Why Nasa has lost contact with its Opportunity rover on Mars

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Mission engineers are doubtful that the rover has enough sunlight to charge back up for at least the next several days.

Spirit and an identical rover, Opportunity, scheduled to land on the opposite side of the Red Planet January 24, are part of the $820 million Mars Exploration Rover project.

Dust storms are a frequent feature on Mars, occurring in all seasons. "Regardless of what happens, this little rover has been a great investment to help us explore the Red Planet".

In 2007, another strong Martian storm had blasted the Opportunity and forced it to silence for four days.

Maxwell, who left NASA in 2013 for Google, notes in the spirit of anthropomorphizing common to those involved with rovers, "She did more than anyone expected from her or ever could have expected from her, and if we can all say that at the end of our lives, then we'll be as lucky as she is".

Today it is in the so-called "Valley of Insistence", where the dust from the storm is so dense that there is darkness throughout the day of the Martian. But the pace at which the storm grew is unprecedented. Occasionally, they can balloon into regional storms in a matter of days, and sometimes even expand until they envelop the planet.

The Curiosity rover is now entrenched in the Gale Crater area where dust activity is starting to pick up. That would trigger a "clock fault", when the rover loses track of time entirely.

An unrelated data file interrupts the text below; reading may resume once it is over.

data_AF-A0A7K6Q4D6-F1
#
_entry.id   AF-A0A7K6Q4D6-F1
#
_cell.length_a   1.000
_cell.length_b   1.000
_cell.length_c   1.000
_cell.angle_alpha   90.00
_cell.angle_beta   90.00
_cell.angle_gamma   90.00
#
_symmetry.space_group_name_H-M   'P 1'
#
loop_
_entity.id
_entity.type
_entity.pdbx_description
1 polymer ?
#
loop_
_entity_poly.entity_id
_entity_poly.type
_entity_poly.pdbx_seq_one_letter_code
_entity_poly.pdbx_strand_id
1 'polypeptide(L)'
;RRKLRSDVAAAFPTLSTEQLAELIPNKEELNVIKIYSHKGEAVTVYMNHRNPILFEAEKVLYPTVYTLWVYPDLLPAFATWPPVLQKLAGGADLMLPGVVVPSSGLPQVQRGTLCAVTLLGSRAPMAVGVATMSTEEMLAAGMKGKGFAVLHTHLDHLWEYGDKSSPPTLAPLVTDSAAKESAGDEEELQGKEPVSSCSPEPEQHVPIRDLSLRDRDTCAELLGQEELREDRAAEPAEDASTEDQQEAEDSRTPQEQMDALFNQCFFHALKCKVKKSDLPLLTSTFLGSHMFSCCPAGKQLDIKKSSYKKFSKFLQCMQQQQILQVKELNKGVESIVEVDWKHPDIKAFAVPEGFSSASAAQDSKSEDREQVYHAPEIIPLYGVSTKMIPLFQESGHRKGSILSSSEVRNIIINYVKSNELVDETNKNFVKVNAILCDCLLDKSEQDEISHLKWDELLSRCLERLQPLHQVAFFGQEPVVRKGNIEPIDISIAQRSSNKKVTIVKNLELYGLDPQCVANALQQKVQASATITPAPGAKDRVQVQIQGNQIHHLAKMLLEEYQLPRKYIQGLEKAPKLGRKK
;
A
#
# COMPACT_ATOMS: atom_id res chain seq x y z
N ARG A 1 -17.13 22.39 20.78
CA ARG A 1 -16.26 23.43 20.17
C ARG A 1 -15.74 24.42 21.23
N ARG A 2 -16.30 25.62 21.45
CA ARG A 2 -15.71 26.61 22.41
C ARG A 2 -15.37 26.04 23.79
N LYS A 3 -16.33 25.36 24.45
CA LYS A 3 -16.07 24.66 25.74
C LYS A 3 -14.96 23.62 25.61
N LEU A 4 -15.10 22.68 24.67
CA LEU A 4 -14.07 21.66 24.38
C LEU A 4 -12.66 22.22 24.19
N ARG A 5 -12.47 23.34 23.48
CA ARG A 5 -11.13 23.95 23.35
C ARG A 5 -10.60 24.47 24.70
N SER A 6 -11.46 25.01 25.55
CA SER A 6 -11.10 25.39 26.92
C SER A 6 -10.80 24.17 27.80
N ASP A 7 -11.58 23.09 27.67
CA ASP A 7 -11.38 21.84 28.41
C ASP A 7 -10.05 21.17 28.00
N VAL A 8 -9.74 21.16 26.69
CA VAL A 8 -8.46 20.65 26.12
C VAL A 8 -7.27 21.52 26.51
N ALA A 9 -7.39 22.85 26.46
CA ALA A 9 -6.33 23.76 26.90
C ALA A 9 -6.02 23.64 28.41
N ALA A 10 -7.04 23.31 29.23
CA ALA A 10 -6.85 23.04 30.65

"Each observation of these large storms brings us closer to being able to model these events-and maybe, someday, being able to forecast them", Rich Zurek, chief scientist for the Mars Program Office at JPL in California, said.

The massive dust storm, first detected on May 30, now blankets a quarter of the planet - some 14 million square miles (35 million sq km) of Martian surface. "Each offers a unique look at how dust storms form and behave - knowledge that will be essential for future robotic and human missions".

Scientists aren't sure what causes huge, planet-scale dust storms like the one now raging.

"We think we can ride this out for a while", Callas said. (Curiosity, which landed in 2012, is nuclear-powered and mostly unaffected by the dust.) The storm is being monitored by a fleet of orbiting spacecraft, particularly the Mars Reconnaissance Orbiter.

"Dust on Mars gets lofted tens of kilometers into the air and in such quantities - like now - that it significantly changes the sunlight reaching the ground and the heat deposited in the air from the sunlight". As long as the rover stays warm enough, it can endure. It's been a remarkably resilient rover.

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